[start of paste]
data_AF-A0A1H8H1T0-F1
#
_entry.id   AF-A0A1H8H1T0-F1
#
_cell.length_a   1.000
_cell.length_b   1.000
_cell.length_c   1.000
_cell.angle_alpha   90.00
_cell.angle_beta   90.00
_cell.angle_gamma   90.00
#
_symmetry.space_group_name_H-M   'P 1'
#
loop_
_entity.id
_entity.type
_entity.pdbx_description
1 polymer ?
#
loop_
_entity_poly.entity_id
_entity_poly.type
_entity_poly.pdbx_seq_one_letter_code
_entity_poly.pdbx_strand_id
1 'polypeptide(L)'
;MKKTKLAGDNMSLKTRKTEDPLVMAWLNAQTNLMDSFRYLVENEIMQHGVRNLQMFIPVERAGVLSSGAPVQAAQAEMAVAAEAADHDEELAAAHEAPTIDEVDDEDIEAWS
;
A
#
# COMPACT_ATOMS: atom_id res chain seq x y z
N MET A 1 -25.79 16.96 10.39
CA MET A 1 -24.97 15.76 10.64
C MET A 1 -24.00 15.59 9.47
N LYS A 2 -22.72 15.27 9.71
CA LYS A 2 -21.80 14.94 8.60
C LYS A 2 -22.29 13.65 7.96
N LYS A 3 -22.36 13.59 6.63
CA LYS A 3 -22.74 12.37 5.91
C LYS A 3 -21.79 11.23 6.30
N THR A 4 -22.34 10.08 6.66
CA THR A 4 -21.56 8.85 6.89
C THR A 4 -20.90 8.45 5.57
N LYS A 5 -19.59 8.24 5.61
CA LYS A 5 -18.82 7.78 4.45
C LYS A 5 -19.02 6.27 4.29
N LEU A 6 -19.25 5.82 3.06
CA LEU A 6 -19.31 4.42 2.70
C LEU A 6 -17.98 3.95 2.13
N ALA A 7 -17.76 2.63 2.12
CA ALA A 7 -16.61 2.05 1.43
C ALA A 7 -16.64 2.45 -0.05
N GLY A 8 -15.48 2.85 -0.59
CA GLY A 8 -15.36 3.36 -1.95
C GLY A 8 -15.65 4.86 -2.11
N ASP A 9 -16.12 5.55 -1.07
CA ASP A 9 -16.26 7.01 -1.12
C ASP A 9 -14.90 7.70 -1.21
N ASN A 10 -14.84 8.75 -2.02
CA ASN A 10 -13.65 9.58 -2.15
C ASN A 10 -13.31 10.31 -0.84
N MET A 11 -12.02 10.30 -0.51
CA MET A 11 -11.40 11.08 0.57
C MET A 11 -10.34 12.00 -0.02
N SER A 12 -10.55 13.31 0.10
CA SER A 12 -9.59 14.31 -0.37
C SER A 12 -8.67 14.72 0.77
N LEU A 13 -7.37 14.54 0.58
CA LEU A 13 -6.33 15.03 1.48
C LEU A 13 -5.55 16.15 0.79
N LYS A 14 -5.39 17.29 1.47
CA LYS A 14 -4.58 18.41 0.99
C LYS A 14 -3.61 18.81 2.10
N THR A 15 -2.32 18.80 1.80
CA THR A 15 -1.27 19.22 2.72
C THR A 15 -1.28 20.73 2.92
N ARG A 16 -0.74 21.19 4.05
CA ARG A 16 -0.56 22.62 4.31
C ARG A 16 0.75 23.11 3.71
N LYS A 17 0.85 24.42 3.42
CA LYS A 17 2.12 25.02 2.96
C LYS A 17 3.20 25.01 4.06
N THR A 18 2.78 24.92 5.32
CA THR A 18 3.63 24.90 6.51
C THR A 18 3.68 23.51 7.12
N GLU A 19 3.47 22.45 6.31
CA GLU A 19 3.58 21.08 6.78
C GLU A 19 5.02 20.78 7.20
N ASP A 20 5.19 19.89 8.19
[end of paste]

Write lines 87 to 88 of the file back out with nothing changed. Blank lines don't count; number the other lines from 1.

C GLU A 19 5.02 20.78 7.20
N ASP A 20 5.19 19.89 8.19